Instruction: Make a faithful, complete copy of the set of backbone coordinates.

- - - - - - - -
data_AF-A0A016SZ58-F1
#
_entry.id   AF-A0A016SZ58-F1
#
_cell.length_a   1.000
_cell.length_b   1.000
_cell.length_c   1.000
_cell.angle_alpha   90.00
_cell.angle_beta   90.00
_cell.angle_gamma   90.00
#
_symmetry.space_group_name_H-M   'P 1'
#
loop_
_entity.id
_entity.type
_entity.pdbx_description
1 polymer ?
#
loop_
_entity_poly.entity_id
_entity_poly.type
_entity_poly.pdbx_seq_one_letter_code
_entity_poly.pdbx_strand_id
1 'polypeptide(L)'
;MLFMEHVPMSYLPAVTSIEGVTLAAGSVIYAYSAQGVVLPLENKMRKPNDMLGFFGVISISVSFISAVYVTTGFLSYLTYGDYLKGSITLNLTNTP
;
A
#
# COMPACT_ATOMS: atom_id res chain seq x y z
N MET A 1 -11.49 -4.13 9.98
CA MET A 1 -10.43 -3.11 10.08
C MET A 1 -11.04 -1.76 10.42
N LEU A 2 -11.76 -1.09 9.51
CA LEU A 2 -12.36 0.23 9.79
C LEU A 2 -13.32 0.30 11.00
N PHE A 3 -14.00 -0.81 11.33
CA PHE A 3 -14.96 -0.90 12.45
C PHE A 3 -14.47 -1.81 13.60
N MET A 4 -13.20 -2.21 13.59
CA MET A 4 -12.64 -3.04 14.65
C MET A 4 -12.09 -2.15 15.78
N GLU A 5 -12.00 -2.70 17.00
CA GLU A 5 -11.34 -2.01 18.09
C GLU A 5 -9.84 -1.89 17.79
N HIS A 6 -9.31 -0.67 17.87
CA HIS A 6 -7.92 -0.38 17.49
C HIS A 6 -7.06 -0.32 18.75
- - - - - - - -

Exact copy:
data_AF-A0A016SZ58-F1
#
_entry.id   AF-A0A016SZ58-F1
#
_cell.length_a   1.000
_cell.length_b   1.000
_cell.length_c   1.000
_cell.angle_alpha   90.00
_cell.angle_beta   90.00
_cell.angle_gamma   90.00
#
_symmetry.space_group_name_H-M   'P 1'
#
loop_
_entity.id
_entity.type
_entity.pdbx_description
1 polymer ?
#
loop_
_entity_poly.entity_id
_entity_poly.type
_entity_poly.pdbx_seq_one_letter_code
_entity_poly.pdbx_strand_id
1 'polypeptide(L)'
;MLFMEHVPMSYLPAVTSIEGVTLAAGSVIYAYSAQGVVLPLENKMRKPNDMLGFFGVISISVSFISAVYVTTGFLSYLTYGDYLKGSITLNLTNTP
;
A
#
# COMPACT_ATOMS: atom_id res chain seq x y z
N MET A 1 -11.49 -4.13 9.98
CA MET A 1 -10.43 -3.11 10.08
C MET A 1 -11.04 -1.76 10.42
N LEU A 2 -11.76 -1.09 9.51
CA LEU A 2 -12.36 0.23 9.79
C LEU A 2 -13.32 0.30 11.00
N PHE A 3 -14.00 -0.81 11.33
CA PHE A 3 -14.96 -0.90 12.45
C PHE A 3 -14.47 -1.81 13.60
N MET A 4 -13.20 -2.21 13.59
CA MET A 4 -12.64 -3.04 14.65
C MET A 4 -12.09 -2.15 15.78
N GLU A 5 -12.00 -2.70 17.00
CA GLU A 5 -11.34 -2.01 18.09
C GLU A 5 -9.84 -1.89 17.79
N HIS A 6 -9.31 -0.67 17.87
CA HIS A 6 -7.92 -0.38 17.49
C HIS A 6 -7.06 -0.32 18.75